The New York State Task Force on Retired Racehorses gave us their recommendations on how to fix the sport’s unfortunate throw-away mentality, and I have to say, I think it’s a wonderful thing.
This can’t have been an easy report to put together. Over the course of three years, a group of people with wide-ranging interests, from the Chairman of the New York State Wagering Board to a director of the Thoroughbred Retirement Foundation to Thoroughbred owners and enthusiasts, had to come together and agree on not just the failings of the Thoroughbred industry, but how they were going to fix them. These meetings must have been… interesting.
At any rate, what they came up with is really spectacular. Here, in no particular order, are my favorite suggestions.
1. ALTERING TRAINING REGIMENS SO THAT HORSES CAN BE MORE READILY RETRAINED FOR OTHER USES
This includes educating owners on the value of sport, therapy, and lesson horses, including their tax benefits, and a “Track-side triage program” which not only catches horses who need saving but keeps records on trainers who “Consistently retire horses that fall into a euthanasia category or those who consistently retire horses that have good chances of successful retraining and placement.”
I am for anything that involves education and extensive record-keeping.
I also like maintaining tabs on the “starts per stall” in order discourage potential abuse of lower-level runners.
Also under this heading are suggestions for new claiming-box rules to prevent dumping a lame horse in a cheap race, including
- If a horse is claimed, it should not start in a claiming race for at least 30 days from the date of claim for less than 25 percent more than the amount for which it was claimed.
- When appropriate, horses must demonstrate a workout between races that displays fitness and soundness.
- Voidable claims: Claimed horses that do not finish a race or those that sustain a catastrophic injury during the race remain the property of the original owner at the option of the prospective new owner.
2. CREATING AN INCREASED MARKET FOR RETIRED RACEHORSES
This heading cites the Thoroughbred Incentive Program for show horses, as well as Virginia Horse Center’s Thoroughbred Celebration Horse Shows, as good jumping-off points for New York Racing. Everyone should be emulating these programs; that’s a given. Here’s a cool suggestion: “Encourage horse-related publications to include the breed and registered name when describing or listing horses (e.g. “Little Flower (Thoroughbred, registered name: Qwerty) won the Amateur Owner division”).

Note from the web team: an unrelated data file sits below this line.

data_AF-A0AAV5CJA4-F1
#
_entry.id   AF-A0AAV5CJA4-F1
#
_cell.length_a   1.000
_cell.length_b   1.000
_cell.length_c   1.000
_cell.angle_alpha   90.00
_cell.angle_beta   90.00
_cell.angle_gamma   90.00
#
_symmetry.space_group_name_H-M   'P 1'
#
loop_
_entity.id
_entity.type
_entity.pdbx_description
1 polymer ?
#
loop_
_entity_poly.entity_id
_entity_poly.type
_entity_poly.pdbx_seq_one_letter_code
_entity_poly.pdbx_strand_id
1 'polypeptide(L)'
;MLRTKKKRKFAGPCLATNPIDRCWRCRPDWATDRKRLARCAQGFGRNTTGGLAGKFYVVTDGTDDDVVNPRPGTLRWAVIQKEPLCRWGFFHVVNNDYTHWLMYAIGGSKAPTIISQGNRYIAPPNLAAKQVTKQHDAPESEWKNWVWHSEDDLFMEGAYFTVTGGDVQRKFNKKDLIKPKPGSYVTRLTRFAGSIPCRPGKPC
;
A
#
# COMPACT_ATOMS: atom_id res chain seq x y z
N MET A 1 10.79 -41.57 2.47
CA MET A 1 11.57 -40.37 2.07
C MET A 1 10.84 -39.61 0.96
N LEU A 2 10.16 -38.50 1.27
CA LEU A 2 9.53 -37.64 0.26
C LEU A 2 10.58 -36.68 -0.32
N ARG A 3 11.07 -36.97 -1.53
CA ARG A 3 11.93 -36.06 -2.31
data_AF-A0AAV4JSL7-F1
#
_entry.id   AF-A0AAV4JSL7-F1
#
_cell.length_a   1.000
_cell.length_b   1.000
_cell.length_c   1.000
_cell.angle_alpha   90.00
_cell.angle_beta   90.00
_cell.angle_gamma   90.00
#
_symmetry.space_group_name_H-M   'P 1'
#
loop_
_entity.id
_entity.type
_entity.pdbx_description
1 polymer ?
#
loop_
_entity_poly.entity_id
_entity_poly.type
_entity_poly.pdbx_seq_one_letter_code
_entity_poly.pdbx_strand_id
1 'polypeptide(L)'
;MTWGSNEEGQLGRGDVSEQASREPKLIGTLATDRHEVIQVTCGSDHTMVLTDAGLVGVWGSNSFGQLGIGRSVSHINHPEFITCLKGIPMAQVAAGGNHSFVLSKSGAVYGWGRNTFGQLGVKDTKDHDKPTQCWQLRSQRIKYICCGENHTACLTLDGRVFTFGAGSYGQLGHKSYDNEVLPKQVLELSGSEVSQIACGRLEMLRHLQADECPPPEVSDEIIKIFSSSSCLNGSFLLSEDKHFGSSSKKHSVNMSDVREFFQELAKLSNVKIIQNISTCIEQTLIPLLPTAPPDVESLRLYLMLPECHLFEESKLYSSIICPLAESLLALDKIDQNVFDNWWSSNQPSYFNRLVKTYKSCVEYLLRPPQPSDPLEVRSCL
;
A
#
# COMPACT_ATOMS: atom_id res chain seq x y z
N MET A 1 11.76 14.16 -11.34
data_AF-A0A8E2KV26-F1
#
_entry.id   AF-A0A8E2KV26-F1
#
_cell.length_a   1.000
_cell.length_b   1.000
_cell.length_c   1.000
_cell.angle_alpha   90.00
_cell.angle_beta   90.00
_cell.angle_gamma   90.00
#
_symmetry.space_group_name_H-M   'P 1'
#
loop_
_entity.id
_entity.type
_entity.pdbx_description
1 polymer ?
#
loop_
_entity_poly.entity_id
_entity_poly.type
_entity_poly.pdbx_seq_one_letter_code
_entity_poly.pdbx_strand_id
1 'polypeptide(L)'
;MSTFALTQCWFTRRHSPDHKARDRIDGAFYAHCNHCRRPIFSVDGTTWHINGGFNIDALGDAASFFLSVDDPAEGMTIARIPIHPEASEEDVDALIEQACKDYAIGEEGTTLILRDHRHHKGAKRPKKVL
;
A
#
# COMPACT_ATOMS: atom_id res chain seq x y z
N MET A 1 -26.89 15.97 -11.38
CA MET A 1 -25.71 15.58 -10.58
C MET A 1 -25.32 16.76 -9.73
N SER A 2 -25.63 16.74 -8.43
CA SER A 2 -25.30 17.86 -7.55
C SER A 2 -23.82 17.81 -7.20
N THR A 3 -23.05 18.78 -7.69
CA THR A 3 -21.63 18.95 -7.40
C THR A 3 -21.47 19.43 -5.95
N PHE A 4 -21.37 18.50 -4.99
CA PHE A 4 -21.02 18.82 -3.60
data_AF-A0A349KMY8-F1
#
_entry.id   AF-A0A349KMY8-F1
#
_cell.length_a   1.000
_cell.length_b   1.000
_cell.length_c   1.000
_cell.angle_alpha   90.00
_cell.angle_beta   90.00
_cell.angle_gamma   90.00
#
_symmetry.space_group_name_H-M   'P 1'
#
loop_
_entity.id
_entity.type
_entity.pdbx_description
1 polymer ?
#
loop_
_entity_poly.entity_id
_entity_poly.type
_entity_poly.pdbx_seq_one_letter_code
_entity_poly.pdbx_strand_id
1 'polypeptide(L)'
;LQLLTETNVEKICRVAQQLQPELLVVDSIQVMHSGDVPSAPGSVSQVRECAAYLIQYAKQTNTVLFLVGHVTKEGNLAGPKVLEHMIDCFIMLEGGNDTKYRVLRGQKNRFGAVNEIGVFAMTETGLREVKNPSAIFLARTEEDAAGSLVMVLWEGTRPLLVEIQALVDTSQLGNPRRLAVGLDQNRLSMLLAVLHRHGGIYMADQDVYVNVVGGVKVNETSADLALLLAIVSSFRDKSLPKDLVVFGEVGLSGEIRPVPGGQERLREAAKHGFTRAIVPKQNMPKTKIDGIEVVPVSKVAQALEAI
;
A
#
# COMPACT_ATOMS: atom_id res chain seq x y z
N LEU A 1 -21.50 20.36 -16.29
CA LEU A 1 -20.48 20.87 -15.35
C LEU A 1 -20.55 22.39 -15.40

We can’t make people use the incredibly horrible vanity statements that owners tend to inflict upon their horses; as happy as it would make me to see every Thoroughbred in the show ring have an easily traceable registered name, no thirteen year old girl is going to show her horse as Jojo Dadogfacedboy (how is this for real? You’re a sick person.) and we shouldn’t expect her to. But this would be an acceptable compromise.
There are actually too many good ideas in this section to mention them all, but I love creating an award for the breeder or owner who has done the most for retired racehorses, allocating portions of owners’ and breeders’ awards as grants for re-training programs, and establishing a regular conference with sporthorse trainers.
3. INCREASING COMMUNICATION BETWEEN OWNERS AND POTENTIAL ADOPTERS
I mean, obviously. But the New York Report suggests that not only should the Jockey Club’s Thoroughbred Connect, the Kentucky Horse Council’s Save Our Horses Welfare Fund (SOHO) and the U.S. Trotting Association’s Full Circle programs be connected and run by a single North American body, participation by owners and breeders should be mandatory.
YES. After all the paperwork you’ve already done to register the foal, nominate it for breeders’ awards and state-bred status and stakes races, a little more won’t hurt you. Register that horse so that someone who loves it can find it.
This is also a cool idea: “Develop a “Buy/Adopt Retired NYS Racehorse” online placement site and encourage trainers to post horses at least 30 days before a horse can no longer stay at a track or in training. This should be facilitated through a relevant state agency or by the individual tracks.” Run in conjunction with a page that also listed qualified trainers and instructors, this could be a very interesting development.
Okay. These are just a few of the ideas I like. The thing about this report: these are suggestions. We need as much public support as possible to make these suggestions become reality. I encourage everyone who cares about retired racehorses to look at this report, blog about it, post about it, be vocal about it. If you do, email me your post and I will add the link here.
Let’s get loud about retired racehorses!